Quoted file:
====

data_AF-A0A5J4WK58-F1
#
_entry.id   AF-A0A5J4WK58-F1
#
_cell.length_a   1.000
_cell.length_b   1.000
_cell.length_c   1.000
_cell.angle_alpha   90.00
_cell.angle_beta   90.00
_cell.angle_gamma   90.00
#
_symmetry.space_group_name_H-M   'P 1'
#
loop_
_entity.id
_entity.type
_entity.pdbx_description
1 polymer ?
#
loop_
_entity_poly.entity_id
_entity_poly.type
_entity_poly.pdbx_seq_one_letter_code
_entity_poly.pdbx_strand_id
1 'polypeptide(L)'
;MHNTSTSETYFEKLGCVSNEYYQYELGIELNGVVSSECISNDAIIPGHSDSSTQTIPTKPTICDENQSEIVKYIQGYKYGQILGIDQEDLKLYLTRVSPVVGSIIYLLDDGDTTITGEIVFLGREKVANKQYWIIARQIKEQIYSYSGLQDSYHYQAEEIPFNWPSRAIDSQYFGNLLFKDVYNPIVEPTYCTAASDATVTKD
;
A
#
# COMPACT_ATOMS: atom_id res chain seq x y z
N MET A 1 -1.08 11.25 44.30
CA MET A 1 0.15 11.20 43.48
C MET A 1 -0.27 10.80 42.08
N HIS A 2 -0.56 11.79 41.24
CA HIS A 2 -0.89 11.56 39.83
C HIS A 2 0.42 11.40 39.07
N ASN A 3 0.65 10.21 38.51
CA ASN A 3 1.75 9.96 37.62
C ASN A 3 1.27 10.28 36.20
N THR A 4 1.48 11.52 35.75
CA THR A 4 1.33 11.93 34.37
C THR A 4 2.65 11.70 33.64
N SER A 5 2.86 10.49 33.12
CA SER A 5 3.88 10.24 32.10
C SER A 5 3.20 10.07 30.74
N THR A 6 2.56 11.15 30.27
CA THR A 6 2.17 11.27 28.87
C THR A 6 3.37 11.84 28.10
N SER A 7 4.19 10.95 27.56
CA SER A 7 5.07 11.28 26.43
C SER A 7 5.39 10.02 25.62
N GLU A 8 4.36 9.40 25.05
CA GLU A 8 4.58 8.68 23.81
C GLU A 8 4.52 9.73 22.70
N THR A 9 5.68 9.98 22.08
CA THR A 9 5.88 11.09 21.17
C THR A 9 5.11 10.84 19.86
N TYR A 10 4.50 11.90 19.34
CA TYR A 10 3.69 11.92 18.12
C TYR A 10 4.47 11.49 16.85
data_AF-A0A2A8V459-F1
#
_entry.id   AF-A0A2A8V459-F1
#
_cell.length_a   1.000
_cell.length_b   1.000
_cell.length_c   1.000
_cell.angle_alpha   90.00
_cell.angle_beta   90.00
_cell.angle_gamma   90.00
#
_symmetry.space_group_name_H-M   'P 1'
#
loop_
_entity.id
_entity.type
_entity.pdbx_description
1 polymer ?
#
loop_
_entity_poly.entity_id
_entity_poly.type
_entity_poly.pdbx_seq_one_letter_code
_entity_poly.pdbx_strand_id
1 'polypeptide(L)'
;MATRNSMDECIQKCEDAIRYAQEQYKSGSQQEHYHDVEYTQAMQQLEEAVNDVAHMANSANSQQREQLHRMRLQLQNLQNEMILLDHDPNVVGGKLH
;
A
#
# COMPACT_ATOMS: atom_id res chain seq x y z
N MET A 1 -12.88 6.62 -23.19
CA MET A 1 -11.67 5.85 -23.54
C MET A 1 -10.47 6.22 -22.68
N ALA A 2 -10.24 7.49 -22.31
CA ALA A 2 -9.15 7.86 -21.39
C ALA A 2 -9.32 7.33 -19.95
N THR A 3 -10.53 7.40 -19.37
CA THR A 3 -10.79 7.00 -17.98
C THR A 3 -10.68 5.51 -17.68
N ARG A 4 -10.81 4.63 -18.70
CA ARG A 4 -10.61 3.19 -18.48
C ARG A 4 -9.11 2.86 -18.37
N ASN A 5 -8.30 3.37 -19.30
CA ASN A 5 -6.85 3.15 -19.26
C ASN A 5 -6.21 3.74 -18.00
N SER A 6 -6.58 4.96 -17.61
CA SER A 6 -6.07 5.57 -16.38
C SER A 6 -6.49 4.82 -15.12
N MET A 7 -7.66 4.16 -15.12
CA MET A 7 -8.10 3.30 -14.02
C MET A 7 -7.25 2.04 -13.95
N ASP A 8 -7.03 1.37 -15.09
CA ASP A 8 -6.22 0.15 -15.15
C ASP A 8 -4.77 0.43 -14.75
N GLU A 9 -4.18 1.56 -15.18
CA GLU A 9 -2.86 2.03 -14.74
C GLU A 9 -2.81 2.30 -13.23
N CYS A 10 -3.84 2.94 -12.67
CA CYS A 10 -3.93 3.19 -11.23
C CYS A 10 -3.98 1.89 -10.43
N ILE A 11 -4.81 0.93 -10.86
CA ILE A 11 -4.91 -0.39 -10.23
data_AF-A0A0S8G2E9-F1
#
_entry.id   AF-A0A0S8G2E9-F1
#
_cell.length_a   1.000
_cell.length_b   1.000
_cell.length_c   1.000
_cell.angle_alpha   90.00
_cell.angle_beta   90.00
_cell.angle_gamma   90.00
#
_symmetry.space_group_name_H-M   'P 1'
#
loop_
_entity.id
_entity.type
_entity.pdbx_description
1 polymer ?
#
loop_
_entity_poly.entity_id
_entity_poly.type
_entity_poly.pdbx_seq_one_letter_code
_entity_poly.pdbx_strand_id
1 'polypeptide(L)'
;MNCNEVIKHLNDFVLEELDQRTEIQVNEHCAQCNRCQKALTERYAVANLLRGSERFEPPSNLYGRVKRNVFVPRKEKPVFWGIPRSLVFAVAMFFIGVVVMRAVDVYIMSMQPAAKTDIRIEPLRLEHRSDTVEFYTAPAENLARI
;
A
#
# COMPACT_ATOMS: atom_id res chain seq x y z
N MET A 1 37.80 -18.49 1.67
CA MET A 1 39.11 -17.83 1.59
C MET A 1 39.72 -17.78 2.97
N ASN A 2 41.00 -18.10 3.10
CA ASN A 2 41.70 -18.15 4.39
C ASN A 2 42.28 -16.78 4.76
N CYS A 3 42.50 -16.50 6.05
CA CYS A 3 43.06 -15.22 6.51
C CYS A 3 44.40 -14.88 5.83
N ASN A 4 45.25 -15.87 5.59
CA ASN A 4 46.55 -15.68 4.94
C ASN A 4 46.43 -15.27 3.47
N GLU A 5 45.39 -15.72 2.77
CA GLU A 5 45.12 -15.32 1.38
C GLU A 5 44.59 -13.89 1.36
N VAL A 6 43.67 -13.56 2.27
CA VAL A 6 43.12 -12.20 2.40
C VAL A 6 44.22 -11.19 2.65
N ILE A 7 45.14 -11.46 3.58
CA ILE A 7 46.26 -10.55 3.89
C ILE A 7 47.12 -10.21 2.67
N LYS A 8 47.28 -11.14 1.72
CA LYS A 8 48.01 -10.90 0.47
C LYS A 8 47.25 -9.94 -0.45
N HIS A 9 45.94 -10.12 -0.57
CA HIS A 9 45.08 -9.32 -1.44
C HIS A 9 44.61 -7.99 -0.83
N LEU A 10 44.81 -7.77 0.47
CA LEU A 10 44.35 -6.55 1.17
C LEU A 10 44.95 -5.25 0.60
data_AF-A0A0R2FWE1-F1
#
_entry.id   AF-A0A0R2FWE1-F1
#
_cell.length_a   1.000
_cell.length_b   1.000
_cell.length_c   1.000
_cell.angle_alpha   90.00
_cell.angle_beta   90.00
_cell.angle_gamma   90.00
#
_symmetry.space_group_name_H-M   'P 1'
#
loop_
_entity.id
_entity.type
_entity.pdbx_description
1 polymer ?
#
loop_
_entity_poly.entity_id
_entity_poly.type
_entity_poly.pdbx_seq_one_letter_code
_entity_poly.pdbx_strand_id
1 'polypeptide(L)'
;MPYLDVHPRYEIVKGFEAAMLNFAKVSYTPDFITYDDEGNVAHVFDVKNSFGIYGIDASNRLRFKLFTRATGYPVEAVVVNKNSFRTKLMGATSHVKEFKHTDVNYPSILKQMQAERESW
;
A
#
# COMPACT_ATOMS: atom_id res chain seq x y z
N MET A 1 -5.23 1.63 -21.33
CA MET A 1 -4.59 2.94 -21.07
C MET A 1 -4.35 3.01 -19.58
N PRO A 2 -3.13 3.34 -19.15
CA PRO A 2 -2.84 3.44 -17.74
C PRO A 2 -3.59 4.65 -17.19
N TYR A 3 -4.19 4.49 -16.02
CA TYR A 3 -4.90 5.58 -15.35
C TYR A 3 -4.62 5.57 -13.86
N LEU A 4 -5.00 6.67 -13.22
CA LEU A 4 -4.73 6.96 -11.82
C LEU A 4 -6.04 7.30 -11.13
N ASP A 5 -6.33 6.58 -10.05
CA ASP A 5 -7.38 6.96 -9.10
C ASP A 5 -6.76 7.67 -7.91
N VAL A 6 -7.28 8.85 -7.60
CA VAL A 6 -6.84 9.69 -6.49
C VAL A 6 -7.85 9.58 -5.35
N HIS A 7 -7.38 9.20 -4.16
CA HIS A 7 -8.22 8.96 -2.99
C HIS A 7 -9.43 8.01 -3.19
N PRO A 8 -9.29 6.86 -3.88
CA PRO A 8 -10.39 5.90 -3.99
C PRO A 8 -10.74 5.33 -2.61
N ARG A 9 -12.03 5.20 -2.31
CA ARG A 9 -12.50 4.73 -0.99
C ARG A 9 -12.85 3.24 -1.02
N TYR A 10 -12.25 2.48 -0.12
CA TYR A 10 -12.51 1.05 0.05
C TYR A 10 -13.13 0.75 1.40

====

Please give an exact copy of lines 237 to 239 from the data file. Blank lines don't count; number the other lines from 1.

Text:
N ARG A 9 -12.03 5.20 -2.31
CA ARG A 9 -12.50 4.73 -0.99
C ARG A 9 -12.85 3.24 -1.02